The other day, I had cause to reflect on the way we flick in and out of different sets of rules in our daily life. Of course, our relationships are bound by legal rules which allocate rights, risks and obligations.
I was thinking about this the other day when we were trying to figure out how to cast spells in the Wii version of a Harry Potter game. You twiddle your remote around and if you’re lucky, the item you’re pointing it at flies into the air. We had just packed up for the evening when Harriet the cat came flying through the cat door with a dear little rat in her mouth. Strangely, the rat did not fly into the air when I cast the correct spell – it didn’t follow Harry Potter rules. It did, however, sit still long enough for me to stun it with my husband’s aptly named book Useful Clarinet Solos. One down. And in spite of my instructions to the contrary, Harriet brought in Nearly Headless Nick and his slightly more advanced brother the next morning. Harriet plays to different rules too. Three down – so far.
In the commercial legal-world, where we get into real trouble is when there is a set of rules which overlays the standard commercial rules. For instance, I frequently have clients bringing me supply contracts with overseas suppliers. Sometimes the contract will specify the law under which they are to be interpreted. If we’re lucky, it’s New Zealand law. If we’re not, it can be the law of some other country, and I have to advise my clients that they need to seek local advice there as well. Sometimes there is international law that overlays the contract, such as international arbitration law or international sale of goods law, both of which are incorporated into New Zealand law by treaty that has been ratified by Parliament. Even something as simple as a mediation clause may have private legal rules attached to it: for example, the rules of a specified mediation service.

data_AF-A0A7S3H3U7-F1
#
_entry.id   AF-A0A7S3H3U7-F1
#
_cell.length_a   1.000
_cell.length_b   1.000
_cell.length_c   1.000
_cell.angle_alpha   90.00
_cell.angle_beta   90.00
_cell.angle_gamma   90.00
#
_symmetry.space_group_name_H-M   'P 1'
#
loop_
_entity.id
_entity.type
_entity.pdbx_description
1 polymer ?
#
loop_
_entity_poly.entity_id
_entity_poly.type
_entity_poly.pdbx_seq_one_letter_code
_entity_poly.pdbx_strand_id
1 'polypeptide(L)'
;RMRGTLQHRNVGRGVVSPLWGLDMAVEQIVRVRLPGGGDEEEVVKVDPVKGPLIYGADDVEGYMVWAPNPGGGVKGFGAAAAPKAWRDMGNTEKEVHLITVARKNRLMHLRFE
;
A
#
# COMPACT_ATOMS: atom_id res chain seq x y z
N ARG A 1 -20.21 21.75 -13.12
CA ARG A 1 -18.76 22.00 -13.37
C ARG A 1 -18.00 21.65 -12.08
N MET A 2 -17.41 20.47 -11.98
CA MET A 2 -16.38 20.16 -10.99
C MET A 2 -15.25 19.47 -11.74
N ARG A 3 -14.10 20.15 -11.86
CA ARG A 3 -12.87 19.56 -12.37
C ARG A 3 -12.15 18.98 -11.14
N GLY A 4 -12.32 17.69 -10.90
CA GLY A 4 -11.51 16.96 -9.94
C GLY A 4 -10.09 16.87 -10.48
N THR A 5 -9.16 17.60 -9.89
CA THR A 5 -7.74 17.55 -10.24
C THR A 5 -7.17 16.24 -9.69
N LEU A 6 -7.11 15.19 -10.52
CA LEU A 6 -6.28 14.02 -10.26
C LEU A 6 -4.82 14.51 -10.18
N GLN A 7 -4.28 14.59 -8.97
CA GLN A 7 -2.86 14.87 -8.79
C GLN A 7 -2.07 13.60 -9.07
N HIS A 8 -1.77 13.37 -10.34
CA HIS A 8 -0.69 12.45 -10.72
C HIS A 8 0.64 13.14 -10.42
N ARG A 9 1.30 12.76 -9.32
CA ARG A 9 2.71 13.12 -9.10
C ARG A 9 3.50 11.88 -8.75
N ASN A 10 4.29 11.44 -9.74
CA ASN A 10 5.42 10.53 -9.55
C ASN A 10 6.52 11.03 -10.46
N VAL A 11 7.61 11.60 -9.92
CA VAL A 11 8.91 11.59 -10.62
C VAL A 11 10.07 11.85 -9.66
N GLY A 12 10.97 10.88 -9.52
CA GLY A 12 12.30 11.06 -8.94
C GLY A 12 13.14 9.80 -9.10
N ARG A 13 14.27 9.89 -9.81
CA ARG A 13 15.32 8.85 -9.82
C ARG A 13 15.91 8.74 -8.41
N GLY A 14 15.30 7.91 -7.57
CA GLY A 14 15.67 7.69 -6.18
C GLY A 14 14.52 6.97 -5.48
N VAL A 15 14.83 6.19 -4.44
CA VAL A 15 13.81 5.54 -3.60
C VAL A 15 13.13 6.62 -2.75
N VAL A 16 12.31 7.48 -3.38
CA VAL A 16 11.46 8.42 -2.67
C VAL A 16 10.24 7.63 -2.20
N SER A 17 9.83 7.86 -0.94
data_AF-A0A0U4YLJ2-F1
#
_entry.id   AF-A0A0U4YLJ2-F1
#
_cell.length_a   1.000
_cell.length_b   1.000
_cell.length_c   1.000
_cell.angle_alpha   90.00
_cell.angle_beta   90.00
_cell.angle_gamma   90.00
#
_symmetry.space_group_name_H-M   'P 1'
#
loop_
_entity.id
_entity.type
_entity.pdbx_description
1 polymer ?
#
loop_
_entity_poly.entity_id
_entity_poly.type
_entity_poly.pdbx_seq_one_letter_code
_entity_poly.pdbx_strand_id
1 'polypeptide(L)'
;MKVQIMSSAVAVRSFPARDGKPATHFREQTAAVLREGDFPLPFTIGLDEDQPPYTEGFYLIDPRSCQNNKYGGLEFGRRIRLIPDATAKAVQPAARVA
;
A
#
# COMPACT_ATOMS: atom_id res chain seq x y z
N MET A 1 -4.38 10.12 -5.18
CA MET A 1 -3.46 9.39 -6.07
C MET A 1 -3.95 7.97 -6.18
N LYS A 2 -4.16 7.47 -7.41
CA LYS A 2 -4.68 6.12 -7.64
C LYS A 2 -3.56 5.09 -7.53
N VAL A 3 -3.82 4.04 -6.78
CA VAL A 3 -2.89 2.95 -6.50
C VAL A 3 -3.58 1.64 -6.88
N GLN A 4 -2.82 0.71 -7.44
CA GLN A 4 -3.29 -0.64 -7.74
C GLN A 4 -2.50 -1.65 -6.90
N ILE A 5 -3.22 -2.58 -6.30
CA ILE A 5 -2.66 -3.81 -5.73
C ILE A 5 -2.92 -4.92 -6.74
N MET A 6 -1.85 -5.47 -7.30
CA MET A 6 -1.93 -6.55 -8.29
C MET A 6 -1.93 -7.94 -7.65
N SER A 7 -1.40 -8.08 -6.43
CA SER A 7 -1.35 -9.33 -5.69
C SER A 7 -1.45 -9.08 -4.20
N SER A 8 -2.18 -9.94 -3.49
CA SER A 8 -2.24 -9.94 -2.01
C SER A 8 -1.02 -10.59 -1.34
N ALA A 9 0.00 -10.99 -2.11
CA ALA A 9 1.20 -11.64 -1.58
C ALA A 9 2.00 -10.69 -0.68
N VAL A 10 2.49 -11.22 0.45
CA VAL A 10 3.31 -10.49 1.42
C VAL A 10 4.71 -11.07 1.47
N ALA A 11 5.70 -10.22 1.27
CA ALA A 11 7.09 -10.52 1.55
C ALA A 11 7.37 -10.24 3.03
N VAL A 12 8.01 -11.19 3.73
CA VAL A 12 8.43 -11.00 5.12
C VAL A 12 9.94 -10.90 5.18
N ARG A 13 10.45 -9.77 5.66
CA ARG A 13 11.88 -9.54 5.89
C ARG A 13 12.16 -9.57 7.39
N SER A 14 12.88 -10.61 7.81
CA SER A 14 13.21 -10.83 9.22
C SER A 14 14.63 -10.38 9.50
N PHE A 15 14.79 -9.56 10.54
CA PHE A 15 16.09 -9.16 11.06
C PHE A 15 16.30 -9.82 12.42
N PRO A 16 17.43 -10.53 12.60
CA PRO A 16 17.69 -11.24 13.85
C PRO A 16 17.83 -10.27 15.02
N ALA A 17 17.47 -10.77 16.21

We get into difficulties when our rules change too. Many years ago, when the Fair Trading Act came into effect, and before I was a lawyer, I spent a lot of time training my staff on the Fair Trading Act. It was for their good as well as the company’s, because the act creates personal liability for those who breach it. I still do that sort of training. In the IT industry, it looks as if there is a new and harsh set of rules on the horizon: the waste minimisation rules. The bill which will turn those into statute is currently before Parliament. It contains rules for corporate and personal (read employee) liability.
My impression is that many people in the IT industry have sat back and let other people consider the effect of that bill. Be warned. You will have to be very clear about your own responsibilities and your businesses’ responsibilities. It’s time to start taking notice, and to get involved in the discussions, training, and industry groups which are addressing this issue. If you don’t, you are likely to be personally at risk.
This is your wake-up call. It beats the heck out of being woken up by a cat with a rat in her mouth. Though even that is a lot better than facing a $100,000 fine.
Rae Nield is a solicitor specialising in marketing law. This article is intended for general information and should not be relied on as specific legal advice. You should consult a lawyer for advice relating to your own specific legal problems. Rae Nield can be contacted at firstname.lastname@example.org.